"We seen that deer run through the yard."
"Me and my brother will help you with that."
"If my husband had went to Home Depot instead..." (spoken by an English teacher!)
"Where you at?" (not even "Where're you at?")
"We was workin' on it all day."
"People are like dead, and it was like scary, and I'm like no way..." ( interview)
Answering the phone: "Yeah, this is him. 'Sup?"
These are all real. These are all horrible. These are just a few really horrible English grammar or usage errors that have attacked my linguistic sensibilities recently, and I have had it! This isn't the way English was used when I was growing up, and it certainly wasn't permitted when I spent 30+ years teaching English or Language Arts.
No, I didn't have one of those foreign-born, we-must-learn-to-speak-good-English-to-succeed-in-this-country childhoods. It was a very normal, we-speak-correctly-in-this-family, plain old family that had been here for many generations. Dad, mother, sister, brother -- all good in English. In all humility, though, I think I was the best in the family.
It was the nuns. Now you may have all your cry-baby, the-nuns-were-so-mean repressed memories, but the nuns -- specifically the Humility of Mary (Blue Nuns) Sisters of Villa Maria, PA -- were the best teachers I could have had in grades 1-8, especially in English. From first grade on, we had massive English lessons every day and English homework almost every night. I learned -- I really had no choice. But I learned proper English, correct usage, good syntax. By the time I was in eighth grade, I was pretty sure that I knew more - tons more! - about the English language and its correct usage than my public school contemporaries.
I switched to public school for high school, and I was lucky enough - due to my English skills - to be placed in an "Honors/Advanced Placement" pilot program in English that had come to that school. I liked it and did well. I had several male English teachers along the way, and I decided that I would follow the same path they had pursued.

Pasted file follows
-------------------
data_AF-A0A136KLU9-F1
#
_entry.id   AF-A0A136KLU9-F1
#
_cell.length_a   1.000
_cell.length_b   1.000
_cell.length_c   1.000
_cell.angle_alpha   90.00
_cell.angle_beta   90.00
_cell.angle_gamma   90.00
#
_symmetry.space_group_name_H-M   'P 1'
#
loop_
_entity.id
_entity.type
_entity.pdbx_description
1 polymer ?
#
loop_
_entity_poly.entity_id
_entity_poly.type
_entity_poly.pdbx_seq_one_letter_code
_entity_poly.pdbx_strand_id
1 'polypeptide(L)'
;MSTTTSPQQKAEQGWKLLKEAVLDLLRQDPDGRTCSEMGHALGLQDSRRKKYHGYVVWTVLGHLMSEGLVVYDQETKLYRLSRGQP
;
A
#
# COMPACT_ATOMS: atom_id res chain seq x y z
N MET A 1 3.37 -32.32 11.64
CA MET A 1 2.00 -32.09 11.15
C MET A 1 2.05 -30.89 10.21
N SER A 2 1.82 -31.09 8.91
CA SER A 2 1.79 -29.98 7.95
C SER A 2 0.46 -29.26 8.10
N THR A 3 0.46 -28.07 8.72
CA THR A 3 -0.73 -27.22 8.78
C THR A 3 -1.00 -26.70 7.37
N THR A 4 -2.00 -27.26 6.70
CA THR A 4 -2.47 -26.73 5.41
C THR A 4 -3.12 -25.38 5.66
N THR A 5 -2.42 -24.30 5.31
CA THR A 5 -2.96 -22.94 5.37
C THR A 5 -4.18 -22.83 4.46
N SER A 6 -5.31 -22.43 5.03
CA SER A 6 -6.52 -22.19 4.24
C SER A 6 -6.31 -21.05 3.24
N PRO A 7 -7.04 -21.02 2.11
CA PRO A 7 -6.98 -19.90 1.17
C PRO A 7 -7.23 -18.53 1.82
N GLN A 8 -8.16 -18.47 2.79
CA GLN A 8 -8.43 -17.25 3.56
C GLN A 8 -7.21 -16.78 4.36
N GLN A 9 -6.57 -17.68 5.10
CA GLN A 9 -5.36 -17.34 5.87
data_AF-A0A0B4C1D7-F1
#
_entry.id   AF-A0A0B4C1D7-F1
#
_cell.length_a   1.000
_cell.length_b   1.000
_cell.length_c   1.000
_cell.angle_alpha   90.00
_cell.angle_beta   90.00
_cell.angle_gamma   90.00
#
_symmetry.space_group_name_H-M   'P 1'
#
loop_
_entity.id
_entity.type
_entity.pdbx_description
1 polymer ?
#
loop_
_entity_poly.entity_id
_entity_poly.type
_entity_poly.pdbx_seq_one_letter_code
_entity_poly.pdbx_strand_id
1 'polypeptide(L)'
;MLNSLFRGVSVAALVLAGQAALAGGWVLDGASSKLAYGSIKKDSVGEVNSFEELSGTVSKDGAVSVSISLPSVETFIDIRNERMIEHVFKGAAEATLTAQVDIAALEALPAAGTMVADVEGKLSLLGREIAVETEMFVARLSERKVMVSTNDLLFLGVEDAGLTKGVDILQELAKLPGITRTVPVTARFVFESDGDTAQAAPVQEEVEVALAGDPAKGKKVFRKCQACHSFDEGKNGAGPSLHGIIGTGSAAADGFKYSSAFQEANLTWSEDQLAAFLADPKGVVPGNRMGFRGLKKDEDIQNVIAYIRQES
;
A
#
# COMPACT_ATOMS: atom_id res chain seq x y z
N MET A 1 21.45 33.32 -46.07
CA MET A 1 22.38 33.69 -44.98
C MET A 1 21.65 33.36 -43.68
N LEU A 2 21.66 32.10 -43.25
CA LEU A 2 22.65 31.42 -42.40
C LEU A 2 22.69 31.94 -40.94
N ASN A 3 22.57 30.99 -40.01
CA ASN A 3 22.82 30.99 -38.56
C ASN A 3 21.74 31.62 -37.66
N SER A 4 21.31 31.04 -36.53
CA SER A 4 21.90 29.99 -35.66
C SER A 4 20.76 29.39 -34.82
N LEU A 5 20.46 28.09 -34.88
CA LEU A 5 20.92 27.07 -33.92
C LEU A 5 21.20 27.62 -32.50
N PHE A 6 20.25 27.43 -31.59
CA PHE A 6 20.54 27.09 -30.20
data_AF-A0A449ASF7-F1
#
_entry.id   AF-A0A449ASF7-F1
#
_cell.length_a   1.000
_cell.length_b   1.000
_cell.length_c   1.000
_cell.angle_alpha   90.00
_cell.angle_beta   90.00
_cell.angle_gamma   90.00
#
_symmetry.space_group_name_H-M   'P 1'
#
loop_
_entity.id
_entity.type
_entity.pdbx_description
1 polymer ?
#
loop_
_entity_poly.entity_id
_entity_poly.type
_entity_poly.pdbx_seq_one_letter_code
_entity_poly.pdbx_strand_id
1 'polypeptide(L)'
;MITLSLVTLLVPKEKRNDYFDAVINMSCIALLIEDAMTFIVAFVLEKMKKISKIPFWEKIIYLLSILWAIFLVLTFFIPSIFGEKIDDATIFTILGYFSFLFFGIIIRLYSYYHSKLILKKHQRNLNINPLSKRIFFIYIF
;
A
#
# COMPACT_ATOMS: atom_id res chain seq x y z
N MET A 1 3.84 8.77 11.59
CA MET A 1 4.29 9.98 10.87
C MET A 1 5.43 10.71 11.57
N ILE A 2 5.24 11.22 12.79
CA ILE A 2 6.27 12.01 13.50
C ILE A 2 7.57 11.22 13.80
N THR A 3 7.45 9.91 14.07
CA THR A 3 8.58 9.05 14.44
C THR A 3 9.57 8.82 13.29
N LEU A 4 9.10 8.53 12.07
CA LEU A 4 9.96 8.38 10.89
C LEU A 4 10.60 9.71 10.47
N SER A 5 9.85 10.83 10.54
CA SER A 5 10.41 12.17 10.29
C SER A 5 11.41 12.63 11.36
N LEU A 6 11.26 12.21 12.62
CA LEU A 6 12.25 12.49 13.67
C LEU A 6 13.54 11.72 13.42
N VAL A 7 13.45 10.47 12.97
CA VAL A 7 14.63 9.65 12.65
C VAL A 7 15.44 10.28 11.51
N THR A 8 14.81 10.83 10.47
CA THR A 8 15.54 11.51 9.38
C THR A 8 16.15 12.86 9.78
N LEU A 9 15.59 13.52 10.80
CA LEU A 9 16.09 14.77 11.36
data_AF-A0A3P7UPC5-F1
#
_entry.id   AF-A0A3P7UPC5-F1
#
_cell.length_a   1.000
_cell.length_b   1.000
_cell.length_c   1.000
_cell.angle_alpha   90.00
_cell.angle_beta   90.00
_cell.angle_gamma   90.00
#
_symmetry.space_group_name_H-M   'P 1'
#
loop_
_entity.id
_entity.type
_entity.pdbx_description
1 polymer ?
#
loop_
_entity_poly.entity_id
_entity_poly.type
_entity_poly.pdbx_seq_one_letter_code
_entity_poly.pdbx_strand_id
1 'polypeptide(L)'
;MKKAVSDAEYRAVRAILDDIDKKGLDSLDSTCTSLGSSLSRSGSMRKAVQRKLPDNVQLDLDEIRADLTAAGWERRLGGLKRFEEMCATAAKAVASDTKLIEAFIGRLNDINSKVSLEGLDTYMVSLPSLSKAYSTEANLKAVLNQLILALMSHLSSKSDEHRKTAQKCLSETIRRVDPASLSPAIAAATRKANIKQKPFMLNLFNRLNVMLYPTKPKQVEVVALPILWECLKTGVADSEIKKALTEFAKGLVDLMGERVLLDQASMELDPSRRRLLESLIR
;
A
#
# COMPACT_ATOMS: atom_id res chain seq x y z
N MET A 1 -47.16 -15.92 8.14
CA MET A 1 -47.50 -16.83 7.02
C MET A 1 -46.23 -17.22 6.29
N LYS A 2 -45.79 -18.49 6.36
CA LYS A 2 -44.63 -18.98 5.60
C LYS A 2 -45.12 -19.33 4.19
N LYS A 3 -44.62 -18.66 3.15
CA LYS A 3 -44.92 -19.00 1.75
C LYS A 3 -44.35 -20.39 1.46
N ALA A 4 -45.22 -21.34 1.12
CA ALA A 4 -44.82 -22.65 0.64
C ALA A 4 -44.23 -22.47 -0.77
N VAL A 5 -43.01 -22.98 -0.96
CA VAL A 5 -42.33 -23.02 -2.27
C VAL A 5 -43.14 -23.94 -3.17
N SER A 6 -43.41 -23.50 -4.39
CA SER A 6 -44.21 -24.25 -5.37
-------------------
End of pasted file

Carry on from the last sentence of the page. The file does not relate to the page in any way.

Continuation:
Once I became an English teacher I discovered that not all of my students spoke or wrote as well as I thought they would/should. I became the English monster, the grammar nazi, and -- so-named by my high school students -- the grammar god. You can bet, though, that my students would never have written or said any of the examples at the beginning of this piece. They would have paid a horrible price if they had. So why am I hearing and seeing it now?
I truly believe the problem began when many school systems stopped the teaching of grammar and usage in the upper grades as a discrete (don't even question my spelling there) subject. No one conjugated verbs any more, so "we was" popped up. No one learned the principal parts of verbs (necessary for learning conjugation!), so "we seen" and "he had went" became acceptable. No one learned the difference between nominative and objective case pronouns, so "me and my brother" popped up. (Not to mention the politeness of never mentioning yourself first.) No one learned about what follows a linking verb, so "this is him" popped up. No one learned the difference between like and as, because none of this was being taught. The "theory" was that the students would learn all these things through writing, but I could never understand how they would know what I was marking on their writing (agr., pron/antecedent agr., tense, awk., shift, case, etc. etc. etc.) if they had never learned the basics to begin with. I could go on and on.
I still do my share of editing, correcting and judging. I am often bewildered by what I read or hear from seemingly intelligent people. All those example at the beginning are from people I know, sometimes socialize with, and younger than I. (One is from the child of a friend and one was taken from the news.) What do I do? Cringe and bite my tongue, I guess. I can't correct them -- that would be rude.
By the way: I once complimented Giant Eagle for its grammatically perfect Express Lane sign: "12 Items or Fewer." The folks there thought I was putting them on and that the sign should read "12 Items or Less."
And don't even get me started about e-mail and texting, the "rules-free lower case flow that is little more than [poor] conversation."